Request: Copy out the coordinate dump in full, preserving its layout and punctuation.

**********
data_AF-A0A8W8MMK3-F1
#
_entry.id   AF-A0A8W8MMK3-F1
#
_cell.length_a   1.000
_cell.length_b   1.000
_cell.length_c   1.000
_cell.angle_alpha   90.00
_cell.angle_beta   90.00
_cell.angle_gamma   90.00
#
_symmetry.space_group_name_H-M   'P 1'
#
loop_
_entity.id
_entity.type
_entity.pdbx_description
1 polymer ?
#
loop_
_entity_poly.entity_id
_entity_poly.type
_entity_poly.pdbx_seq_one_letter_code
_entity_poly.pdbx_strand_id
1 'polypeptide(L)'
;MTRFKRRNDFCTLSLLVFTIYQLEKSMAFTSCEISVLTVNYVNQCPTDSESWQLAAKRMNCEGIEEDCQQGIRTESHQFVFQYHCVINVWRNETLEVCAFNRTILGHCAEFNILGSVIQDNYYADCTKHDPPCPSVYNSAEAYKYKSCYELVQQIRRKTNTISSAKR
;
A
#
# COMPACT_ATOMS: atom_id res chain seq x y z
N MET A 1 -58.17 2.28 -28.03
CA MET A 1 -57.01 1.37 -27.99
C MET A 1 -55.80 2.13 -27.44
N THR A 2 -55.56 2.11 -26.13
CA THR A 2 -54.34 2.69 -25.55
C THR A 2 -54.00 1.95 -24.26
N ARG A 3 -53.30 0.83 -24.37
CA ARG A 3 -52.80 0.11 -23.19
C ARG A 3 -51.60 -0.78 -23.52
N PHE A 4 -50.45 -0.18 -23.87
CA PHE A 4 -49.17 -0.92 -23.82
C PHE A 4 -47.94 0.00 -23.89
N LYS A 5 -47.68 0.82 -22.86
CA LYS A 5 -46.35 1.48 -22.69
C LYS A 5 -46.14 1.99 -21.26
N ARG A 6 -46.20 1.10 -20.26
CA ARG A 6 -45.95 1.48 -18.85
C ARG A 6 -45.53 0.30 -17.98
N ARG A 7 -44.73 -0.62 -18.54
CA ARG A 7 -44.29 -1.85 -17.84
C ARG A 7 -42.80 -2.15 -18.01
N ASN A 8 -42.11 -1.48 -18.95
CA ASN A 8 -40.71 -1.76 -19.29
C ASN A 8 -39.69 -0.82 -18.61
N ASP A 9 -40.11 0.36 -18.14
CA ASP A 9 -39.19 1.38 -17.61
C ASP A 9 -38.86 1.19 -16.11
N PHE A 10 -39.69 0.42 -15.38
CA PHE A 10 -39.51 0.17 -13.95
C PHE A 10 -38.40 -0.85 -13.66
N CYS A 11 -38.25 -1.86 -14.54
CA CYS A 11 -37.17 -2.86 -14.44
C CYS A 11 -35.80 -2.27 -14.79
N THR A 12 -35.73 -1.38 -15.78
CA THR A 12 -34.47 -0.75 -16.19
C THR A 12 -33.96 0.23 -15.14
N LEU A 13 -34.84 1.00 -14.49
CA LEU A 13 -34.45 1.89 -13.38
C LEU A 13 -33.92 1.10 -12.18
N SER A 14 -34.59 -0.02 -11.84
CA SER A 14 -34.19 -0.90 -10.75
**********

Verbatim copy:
data_AF-A0A8W8MMK3-F1
#
_entry.id   AF-A0A8W8MMK3-F1
#
_cell.length_a   1.000
_cell.length_b   1.000
_cell.length_c   1.000
_cell.angle_alpha   90.00
_cell.angle_beta   90.00
_cell.angle_gamma   90.00
#
_symmetry.space_group_name_H-M   'P 1'
#
loop_
_entity.id
_entity.type
_entity.pdbx_description
1 polymer ?
#
loop_
_entity_poly.entity_id
_entity_poly.type
_entity_poly.pdbx_seq_one_letter_code
_entity_poly.pdbx_strand_id
1 'polypeptide(L)'
;MTRFKRRNDFCTLSLLVFTIYQLEKSMAFTSCEISVLTVNYVNQCPTDSESWQLAAKRMNCEGIEEDCQQGIRTESHQFVFQYHCVINVWRNETLEVCAFNRTILGHCAEFNILGSVIQDNYYADCTKHDPPCPSVYNSAEAYKYKSCYELVQQIRRKTNTISSAKR
;
A
#
# COMPACT_ATOMS: atom_id res chain seq x y z
N MET A 1 -58.17 2.28 -28.03
CA MET A 1 -57.01 1.37 -27.99
C MET A 1 -55.80 2.13 -27.44
N THR A 2 -55.56 2.11 -26.13
CA THR A 2 -54.34 2.69 -25.55
C THR A 2 -54.00 1.95 -24.26
N ARG A 3 -53.30 0.83 -24.37
CA ARG A 3 -52.80 0.11 -23.19
C ARG A 3 -51.60 -0.78 -23.52
N PHE A 4 -50.45 -0.18 -23.87
CA PHE A 4 -49.17 -0.92 -23.82
C PHE A 4 -47.94 0.00 -23.89
N LYS A 5 -47.68 0.82 -22.86
CA LYS A 5 -46.35 1.48 -22.69
C LYS A 5 -46.14 1.99 -21.26
N ARG A 6 -46.20 1.10 -20.26
CA ARG A 6 -45.95 1.48 -18.85
C ARG A 6 -45.53 0.30 -17.98
N ARG A 7 -44.73 -0.62 -18.54
CA ARG A 7 -44.29 -1.85 -17.84
C ARG A 7 -42.80 -2.15 -18.01
N ASN A 8 -42.11 -1.48 -18.95
CA ASN A 8 -40.71 -1.76 -19.29
C ASN A 8 -39.69 -0.82 -18.61
N ASP A 9 -40.11 0.36 -18.14
CA ASP A 9 -39.19 1.38 -17.61
C ASP A 9 -38.86 1.19 -16.11
N PHE A 10 -39.69 0.42 -15.38
CA PHE A 10 -39.51 0.17 -13.95
C PHE A 10 -38.40 -0.85 -13.66
N CYS A 11 -38.25 -1.86 -14.54
CA CYS A 11 -37.17 -2.86 -14.44
C CYS A 11 -35.80 -2.27 -14.79
N THR A 12 -35.73 -1.38 -15.78
CA THR A 12 -34.47 -0.75 -16.19
C THR A 12 -33.96 0.23 -15.14
N LEU A 13 -34.84 1.00 -14.49
CA LEU A 13 -34.45 1.89 -13.38
C LEU A 13 -33.92 1.10 -12.18
N SER A 14 -34.59 -0.02 -11.84
CA SER A 14 -34.19 -0.90 -10.75